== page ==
# bootstrapping bloomberg

Does anyone know the zero rate here at -0.23022 is derived? I have tried (1+0.0056*0.503)*(1+-0.00232*0.086)=(1+?^(1/0.589). Solving for ? gives me -0.002344. I have tried simple and compounded interest. I cannot get this to match. can anyone provide clues? ## 1 Answer

This is not exactly an answer to your question, but I have found that for practical purpose it is best to use directly the discount factors (last column on the screen), which you can export to Excel and interpolate according to your prefered method for specific maturities.

Beware that the curve reference date (the date for which the discount factor is 1) is the Settle Date (3rd field on the upper left of the screen).

• I don't wish to do that. I would like to derive zero rates from par and then use those to derive df. Also I am not trying to do any interpolation for specific maturities. I am just trying to get this for standard tenors like what's shown on that screen. – Akk Jan 22 at 0:04
• Not sure I understand. You can compute the zero rates from the discount factors. – Antoine Conze Jan 22 at 7:33
• ok how do you derive df from par rates? I tried doing it that way too and I couldnt get it. I know I can always download df directly by just copying them from the screen. i am trying to use the par rates to derive either one and then get the other. – Akk Jan 22 at 9:00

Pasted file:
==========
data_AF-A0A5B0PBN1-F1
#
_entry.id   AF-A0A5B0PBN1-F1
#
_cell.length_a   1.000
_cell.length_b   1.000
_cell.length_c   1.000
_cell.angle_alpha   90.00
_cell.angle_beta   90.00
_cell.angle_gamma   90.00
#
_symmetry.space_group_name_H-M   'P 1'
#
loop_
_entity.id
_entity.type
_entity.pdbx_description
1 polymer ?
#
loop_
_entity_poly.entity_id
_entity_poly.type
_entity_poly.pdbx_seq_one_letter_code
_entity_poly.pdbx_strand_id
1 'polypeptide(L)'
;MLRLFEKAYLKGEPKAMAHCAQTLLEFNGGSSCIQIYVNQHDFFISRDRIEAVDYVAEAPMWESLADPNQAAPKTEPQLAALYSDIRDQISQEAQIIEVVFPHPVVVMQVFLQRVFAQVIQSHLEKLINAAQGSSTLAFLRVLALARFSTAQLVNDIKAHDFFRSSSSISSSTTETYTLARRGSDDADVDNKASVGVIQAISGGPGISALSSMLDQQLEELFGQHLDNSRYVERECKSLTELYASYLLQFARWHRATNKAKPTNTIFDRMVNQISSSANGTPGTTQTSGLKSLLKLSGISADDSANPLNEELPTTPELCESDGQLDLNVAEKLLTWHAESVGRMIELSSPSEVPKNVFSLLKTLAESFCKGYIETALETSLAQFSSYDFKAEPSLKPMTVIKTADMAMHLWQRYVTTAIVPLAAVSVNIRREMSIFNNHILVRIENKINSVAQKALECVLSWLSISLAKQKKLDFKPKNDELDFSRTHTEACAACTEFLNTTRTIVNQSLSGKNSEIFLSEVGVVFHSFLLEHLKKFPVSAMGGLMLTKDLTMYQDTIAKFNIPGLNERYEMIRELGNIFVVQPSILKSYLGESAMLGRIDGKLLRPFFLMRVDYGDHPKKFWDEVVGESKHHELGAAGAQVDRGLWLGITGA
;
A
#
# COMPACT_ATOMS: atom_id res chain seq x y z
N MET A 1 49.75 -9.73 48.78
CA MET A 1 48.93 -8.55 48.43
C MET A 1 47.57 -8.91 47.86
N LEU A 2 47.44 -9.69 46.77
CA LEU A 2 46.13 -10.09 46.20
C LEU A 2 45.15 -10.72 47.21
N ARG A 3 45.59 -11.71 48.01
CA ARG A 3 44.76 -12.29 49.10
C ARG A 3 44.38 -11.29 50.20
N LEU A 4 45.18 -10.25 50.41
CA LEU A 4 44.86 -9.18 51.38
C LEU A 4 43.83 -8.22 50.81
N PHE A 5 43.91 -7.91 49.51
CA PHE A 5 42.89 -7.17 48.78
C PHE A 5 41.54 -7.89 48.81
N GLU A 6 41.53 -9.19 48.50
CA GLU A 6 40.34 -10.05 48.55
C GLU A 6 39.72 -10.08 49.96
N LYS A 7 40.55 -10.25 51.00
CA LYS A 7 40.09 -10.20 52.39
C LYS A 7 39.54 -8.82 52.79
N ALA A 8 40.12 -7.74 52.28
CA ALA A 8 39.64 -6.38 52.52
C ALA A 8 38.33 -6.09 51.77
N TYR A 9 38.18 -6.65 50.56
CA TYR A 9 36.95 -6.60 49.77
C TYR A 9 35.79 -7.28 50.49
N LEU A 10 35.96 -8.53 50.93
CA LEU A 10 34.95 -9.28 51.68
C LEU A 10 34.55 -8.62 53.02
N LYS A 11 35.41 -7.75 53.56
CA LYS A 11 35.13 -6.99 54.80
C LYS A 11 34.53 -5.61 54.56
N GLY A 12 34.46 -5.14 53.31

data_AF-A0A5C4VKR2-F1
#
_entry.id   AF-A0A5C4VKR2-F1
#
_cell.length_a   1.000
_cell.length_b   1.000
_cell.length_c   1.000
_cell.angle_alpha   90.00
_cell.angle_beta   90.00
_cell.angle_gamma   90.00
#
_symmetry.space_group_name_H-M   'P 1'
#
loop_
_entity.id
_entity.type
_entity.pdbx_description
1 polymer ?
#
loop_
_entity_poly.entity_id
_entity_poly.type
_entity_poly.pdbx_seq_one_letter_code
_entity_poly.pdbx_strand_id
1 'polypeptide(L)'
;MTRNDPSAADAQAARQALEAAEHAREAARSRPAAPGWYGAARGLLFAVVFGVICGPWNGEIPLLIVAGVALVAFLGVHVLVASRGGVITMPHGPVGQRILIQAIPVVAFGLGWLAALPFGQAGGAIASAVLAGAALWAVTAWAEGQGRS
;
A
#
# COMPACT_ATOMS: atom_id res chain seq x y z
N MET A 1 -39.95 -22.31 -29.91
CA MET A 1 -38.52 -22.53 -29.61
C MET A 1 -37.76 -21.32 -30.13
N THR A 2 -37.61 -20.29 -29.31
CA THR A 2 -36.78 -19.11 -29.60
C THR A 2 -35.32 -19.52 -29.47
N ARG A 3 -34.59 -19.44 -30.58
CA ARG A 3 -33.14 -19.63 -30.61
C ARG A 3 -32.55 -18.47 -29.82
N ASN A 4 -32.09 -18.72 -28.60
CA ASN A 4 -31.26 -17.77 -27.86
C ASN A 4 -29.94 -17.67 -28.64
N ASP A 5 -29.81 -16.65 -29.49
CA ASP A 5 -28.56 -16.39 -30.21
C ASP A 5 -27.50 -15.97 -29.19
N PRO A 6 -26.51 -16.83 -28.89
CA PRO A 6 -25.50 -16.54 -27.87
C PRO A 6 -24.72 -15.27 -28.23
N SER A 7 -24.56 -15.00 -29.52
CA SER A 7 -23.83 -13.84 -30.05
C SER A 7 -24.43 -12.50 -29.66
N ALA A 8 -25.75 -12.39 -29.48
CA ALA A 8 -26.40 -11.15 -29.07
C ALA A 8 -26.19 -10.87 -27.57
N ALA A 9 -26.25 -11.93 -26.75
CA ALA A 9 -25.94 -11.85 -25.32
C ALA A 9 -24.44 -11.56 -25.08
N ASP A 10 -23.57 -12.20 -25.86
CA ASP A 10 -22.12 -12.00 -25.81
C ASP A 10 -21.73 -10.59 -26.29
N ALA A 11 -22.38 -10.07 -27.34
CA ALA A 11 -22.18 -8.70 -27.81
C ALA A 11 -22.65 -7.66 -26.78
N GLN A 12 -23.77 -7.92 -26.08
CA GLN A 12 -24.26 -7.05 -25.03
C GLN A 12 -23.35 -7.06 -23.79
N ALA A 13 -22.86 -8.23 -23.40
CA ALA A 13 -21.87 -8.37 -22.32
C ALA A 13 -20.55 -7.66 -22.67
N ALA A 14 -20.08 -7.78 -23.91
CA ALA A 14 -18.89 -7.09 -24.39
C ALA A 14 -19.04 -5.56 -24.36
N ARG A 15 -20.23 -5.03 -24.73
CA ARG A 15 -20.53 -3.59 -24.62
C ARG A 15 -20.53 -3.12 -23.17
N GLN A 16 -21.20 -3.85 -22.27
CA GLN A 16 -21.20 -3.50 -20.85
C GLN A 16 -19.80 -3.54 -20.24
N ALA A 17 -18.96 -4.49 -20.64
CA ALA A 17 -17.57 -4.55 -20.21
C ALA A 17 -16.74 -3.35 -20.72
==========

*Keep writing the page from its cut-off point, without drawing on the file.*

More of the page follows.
• Ok. I don’t think they use a consistent convention across maturities (for instance the first tenor clearly uses simple interest but not the longer tenors). But DF are prices so there is no convention here and they can be used as is. Also the interpolation scheme they use is “Step Forward (Cont)” meaning that the instantaneous forward is a step function which is equivalent to saying that log DF are linearly interpolated. So their bootstrapping probably works directly on DF, and the “zero rate” are only computed from the DF after these have been bootstrapped. – Antoine Conze Jan 22 at 10:29
• No that is not correct. DF/ zero rates come from par rates. They're not pulled out from thin air. How do they come about? The bootstrapping is done on par rates. basically what I am trying to ask is very similar to what was done on quant.stackexchange.com/questions/36441/… but that method didn't work in this case. Is anyone able to take a stab at this please. – Akk Jan 23 at 8:17